Not long ago I stood for a while in a cheese shop. Being in a fidgety mood, and having a stick in my hand, I was not content with seeing but felt a need to touch as well. My stick came gently upon a fine cheese in the window. To my surprise a most metallic sound emanated from it. The sound was rather hollow, and there was a sort of crockery jingle in the sound, like the ring of a huge bread or milk pan. I came to the very correct conclusion that I had found a very well disguised hypocrite in the shop window. And ever since that time, when I pass by, I mentally whisper, “Pottery.” Even if the fakes have been exchanged for real cheeses, it will take a long time to convince me. In my mind the stock has become potsherds, and the fine show in the window only suggests the potter’s vessel. This illustration is simply introduced because we find people of this sort in our churches, looking extremely like what they should be, yet having no substance in them, so that if, accidentally, one happens to tap them somewhere or other with sudden temptation or stern duty, the baked earth gives forth its own ring, and the pretender is esteemed no longer.

Charles Haddon Spurgeon, The Quotable Spurgeon, (Wheaton: Harold Shaw Publishers, Inc, 1990)

William Barclay wrote,

Profession without practice was not only the curse of the Jews; it has been throughout the ages the curse of the Church.  During his early days in South Africa (in Pretoria) Gandhi inquired into Christianity.  For several Sundays he attended a Christian Church, but, he says, "the congregation did not strike me as being particularly religious; they were not an assembly of devout souls, but appeared rather to be worldy-minded people going to Church for recreation and in conformity to custom."  He, therefore, concluded that there was nothing in Christianity which he did not already possess -- and so Gandhi was lost to the Christian Church with incalculable consequences to India and to the world.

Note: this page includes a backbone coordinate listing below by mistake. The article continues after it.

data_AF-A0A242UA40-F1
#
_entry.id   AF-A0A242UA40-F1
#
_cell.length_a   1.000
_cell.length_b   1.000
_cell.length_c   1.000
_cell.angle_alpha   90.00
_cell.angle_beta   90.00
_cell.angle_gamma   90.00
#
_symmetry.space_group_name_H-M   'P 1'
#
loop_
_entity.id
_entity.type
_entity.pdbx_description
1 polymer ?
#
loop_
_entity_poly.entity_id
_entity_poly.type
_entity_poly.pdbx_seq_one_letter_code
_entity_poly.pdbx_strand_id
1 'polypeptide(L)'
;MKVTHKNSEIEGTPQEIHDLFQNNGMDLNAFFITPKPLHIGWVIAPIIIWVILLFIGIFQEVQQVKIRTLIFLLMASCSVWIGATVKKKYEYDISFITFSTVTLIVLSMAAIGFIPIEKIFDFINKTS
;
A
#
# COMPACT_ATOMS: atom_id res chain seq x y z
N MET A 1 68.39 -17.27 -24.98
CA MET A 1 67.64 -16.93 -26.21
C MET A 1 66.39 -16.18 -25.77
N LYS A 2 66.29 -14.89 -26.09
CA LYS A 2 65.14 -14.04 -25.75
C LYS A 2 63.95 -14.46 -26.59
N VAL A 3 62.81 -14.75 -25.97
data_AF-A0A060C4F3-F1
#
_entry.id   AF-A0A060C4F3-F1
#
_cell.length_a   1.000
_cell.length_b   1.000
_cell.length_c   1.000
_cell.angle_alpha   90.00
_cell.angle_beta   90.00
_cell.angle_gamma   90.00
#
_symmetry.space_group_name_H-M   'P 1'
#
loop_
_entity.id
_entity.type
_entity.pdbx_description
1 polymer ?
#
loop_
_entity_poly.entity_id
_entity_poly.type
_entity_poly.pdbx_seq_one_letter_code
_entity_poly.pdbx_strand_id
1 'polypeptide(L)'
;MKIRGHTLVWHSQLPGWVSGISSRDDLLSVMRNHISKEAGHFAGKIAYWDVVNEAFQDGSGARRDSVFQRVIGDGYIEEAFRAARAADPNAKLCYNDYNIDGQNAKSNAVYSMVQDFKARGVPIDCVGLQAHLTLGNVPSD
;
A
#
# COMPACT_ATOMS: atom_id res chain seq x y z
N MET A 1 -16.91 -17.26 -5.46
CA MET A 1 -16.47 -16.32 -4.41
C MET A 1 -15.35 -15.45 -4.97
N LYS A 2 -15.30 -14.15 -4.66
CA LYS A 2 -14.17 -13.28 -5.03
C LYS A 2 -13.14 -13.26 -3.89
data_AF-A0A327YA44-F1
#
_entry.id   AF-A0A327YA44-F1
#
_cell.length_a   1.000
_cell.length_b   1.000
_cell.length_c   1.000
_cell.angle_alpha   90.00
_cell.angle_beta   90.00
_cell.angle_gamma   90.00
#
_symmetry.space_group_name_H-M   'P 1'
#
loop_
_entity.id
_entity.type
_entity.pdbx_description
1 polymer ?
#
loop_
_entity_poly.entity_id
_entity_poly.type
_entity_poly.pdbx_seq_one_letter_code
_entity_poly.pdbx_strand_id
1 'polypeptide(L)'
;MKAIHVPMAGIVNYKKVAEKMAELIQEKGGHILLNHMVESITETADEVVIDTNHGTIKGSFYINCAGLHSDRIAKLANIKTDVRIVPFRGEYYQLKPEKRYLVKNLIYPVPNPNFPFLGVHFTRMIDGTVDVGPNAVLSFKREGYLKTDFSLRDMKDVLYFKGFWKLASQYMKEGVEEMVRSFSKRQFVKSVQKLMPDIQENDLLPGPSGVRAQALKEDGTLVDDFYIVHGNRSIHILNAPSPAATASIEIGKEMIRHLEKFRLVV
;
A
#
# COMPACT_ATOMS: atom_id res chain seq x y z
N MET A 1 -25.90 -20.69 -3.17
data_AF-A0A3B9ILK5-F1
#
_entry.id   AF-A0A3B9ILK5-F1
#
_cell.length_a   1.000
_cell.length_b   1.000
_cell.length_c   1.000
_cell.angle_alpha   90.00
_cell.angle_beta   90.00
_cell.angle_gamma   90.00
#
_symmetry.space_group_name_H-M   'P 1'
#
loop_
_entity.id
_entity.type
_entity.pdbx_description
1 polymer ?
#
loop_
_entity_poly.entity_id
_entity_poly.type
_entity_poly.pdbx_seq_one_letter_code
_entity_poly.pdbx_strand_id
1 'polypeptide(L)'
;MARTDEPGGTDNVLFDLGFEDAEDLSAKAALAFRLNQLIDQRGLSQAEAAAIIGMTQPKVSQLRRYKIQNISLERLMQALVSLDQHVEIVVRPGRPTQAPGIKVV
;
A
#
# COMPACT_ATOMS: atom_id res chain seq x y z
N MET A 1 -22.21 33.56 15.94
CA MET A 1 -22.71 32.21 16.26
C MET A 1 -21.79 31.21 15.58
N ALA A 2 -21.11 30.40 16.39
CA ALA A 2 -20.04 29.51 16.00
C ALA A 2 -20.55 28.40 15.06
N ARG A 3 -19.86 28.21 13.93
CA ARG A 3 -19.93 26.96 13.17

-- Commentary on Gospel of Matthew, By William Barclay, p. 254-255

A woman wanting to impress the pastor when he came to visit, said to her little girl, “Honey, go get the book that Mommy loves so much.” The little girl soon returned carrying the new Sears catalog.
American Methodism had recorded one of the most astounding growth records in the history of Christianity, exploding from a membership of 14,988 in 1784 to 7,729,791 in 1939!  Robert Coleman notes, “Above all, undergirding the Wesleyan way of life and constraining their outreach was a simple faith in the gospel of salvation.”